Save Lincolnshire Schools - Part Two!

Sarah Dobbs's picture
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Some readers may remember a Lincolnshire campaign in 2010/11 against wholesale academy conversion, which was a policy that the local authority endorsed. I was fortunate enough to have chaired the campaign, and although our backs were well and truly against the wall and we couldn't stop the groundswell of conversion across the county, much good came out of the debate. Indeed, in the Louth area where the campaign centered, most schools remained within the local authority. It's only now that three out of four local secondaries are converting, and this at the dictate of the Department for Education, not by choice.

Much has changed in the last five years for me personally, and on the back of the schools campaign I stood successfully for election to the district and then the county council. I now hold the opposition portfolio for education in the county, and in that capacity I now find myself offering support to a new band of parents prepared to campaign for education in Lincolnshire.

Mablethorpe has a population of 13,000 and like many of our coastal towns has very high proportions of social deprivation. At the moment it has its own secondary school, Tennyson. It became part of a federation and then eventually merged with another LA secondary school - Monks Dyke in Louth.

However, pupil numbers have fallen to the point that the Mablethorpe site is no longer considered viable. Results for Tennyson have been historically poor, and an air of uncertainty over the future of the school has been around for years. Parents have thus voted with their feet and a considerable number have opted to educate their children out of the town. This effect is made worse by Lincolnshire being a selective authority, and by Mabelthorpe not having a grammar school option.

Governors of the school were faced with an impossible dilemma. Unable to set a balanced budget, they opted for consultation on closure of the Mablethorpe site. The county council have tried to work with academy sponsors and the DfE on a solution, but all of them have said no. The current position is that the consultation period will start in September, with closure July 2016.

This was the way that Gove always intended it to be and what we campaigned against. He always intended market forces to call the shots. Parents would have "choice." Schools that apparently weren't up to the job would close - they would wither on the vine if they failed.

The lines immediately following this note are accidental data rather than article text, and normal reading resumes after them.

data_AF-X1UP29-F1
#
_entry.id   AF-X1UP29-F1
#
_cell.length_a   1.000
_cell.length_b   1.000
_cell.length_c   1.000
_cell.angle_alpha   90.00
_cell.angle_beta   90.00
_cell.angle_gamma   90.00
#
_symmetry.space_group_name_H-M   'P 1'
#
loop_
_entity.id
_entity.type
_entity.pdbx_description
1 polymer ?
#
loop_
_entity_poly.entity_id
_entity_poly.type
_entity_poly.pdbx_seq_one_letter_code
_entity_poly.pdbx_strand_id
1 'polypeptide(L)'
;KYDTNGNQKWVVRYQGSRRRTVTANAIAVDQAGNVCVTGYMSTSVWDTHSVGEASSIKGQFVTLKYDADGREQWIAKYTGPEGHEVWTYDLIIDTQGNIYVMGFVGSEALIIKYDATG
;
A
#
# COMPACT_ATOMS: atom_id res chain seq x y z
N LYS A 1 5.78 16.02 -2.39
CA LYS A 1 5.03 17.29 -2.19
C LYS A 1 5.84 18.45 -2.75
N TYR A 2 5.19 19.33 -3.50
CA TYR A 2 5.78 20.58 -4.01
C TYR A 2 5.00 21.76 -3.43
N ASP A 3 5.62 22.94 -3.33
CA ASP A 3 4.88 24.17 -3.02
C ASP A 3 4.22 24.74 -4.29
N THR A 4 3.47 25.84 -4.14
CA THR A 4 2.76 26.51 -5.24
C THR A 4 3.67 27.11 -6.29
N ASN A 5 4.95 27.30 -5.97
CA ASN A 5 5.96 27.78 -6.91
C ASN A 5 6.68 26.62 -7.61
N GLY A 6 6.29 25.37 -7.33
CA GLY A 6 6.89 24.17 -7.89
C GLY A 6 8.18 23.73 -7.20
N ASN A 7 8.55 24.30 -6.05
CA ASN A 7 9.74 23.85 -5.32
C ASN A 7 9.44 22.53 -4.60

The current thinking from some politicians at the county council is that parents have made their choice and that the school closure is part of the natural order of things.

I will never accept that. Schools belong to communities and communities belong to schools. We break that link at our peril. What would it mean to the Mablethorpe community to lose its only secondary? I believe; and the new parents' group set up to campaign against the closure believe, that it will have a catastrophic effect on the town.

Closure offers no hope or aspiration to the town. It closes down its future. In planning terms, the community would be downgraded from a town to a "large village." New families looking to move in or remain won't choose the town, and thus the viability of the two primary schools will be jeopardised in the medium to long term. The loss of employment and economic benefit of having a school at the heart of a community will be significant.

This is not a decision to be taken for the short term, but the market forces model only allows for decisions that matter now. The deficit is now. Falling pupil numbers are now. Poor results are now.

 

And because that matters now, no one wants this school. Other schools were cherry picked by academy providers long ago. The local authority has watched as exam results and pupil numbers have slipped to the point of apparent no return.

 

Tennyson is the school that no one wants, apart from the communty itself, and I for one am delighted to nail my colours to that mast and help them in their fight. We want to see Mablethorpe get what is deserves and needs - a good local secondary school that serves its community.

Further details on the story can be found here and here.
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